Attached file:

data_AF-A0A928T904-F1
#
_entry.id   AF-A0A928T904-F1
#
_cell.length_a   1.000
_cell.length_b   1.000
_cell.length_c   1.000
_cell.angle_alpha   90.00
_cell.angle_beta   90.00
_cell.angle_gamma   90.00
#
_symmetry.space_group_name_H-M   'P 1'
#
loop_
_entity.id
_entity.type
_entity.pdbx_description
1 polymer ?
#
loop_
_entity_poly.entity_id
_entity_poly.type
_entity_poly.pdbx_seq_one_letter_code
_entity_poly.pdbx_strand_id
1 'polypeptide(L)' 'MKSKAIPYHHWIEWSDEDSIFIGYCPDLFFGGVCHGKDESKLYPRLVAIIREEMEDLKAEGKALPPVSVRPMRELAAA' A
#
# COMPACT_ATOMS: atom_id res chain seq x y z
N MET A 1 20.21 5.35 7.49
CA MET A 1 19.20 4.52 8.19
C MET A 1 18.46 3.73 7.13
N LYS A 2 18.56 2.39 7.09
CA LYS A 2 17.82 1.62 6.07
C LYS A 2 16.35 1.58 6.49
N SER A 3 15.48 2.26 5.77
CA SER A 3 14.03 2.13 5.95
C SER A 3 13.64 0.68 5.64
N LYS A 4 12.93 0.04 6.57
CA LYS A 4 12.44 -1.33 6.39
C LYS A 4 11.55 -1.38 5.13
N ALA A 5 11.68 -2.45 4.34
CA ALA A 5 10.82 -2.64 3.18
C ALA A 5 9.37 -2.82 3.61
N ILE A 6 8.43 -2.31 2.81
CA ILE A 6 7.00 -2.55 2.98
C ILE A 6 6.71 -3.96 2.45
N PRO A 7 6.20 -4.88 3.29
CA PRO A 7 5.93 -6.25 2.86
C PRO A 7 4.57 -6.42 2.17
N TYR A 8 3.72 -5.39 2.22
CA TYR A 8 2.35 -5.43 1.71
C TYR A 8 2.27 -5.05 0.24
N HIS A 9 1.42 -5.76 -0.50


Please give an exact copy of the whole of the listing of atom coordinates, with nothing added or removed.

data_AF-A0A928T904-F1
#
_entry.id   AF-A0A928T904-F1
#
_cell.length_a   1.000
_cell.length_b   1.000
_cell.length_c   1.000
_cell.angle_alpha   90.00
_cell.angle_beta   90.00
_cell.angle_gamma   90.00
#
_symmetry.space_group_name_H-M   'P 1'
#
loop_
_entity.id
_entity.type
_entity.pdbx_description
1 polymer ?
#
loop_
_entity_poly.entity_id
_entity_poly.type
_entity_poly.pdbx_seq_one_letter_code
_entity_poly.pdbx_strand_id
1 'polypeptide(L)' 'MKSKAIPYHHWIEWSDEDSIFIGYCPDLFFGGVCHGKDESKLYPRLVAIIREEMEDLKAEGKALPPVSVRPMRELAAA' A
#
# COMPACT_ATOMS: atom_id res chain seq x y z
N MET A 1 20.21 5.35 7.49
CA MET A 1 19.20 4.52 8.19
C MET A 1 18.46 3.73 7.13
N LYS A 2 18.56 2.39 7.09
CA LYS A 2 17.82 1.62 6.07
C LYS A 2 16.35 1.58 6.49
N SER A 3 15.48 2.26 5.77
CA SER A 3 14.03 2.13 5.95
C SER A 3 13.64 0.68 5.64
N LYS A 4 12.93 0.04 6.57
CA LYS A 4 12.44 -1.33 6.39
C LYS A 4 11.55 -1.38 5.13
N ALA A 5 11.68 -2.45 4.34
CA ALA A 5 10.82 -2.64 3.18
C ALA A 5 9.37 -2.82 3.61
N ILE A 6 8.43 -2.31 2.81
CA ILE A 6 7.00 -2.55 2.98
C ILE A 6 6.71 -3.96 2.45
N PRO A 7 6.20 -4.88 3.29
CA PRO A 7 5.93 -6.25 2.86
C PRO A 7 4.57 -6.42 2.17
N TYR A 8 3.72 -5.39 2.22
CA TYR A 8 2.35 -5.43 1.71
C TYR A 8 2.27 -5.05 0.24
N HIS A 9 1.42 -5.76 -0.50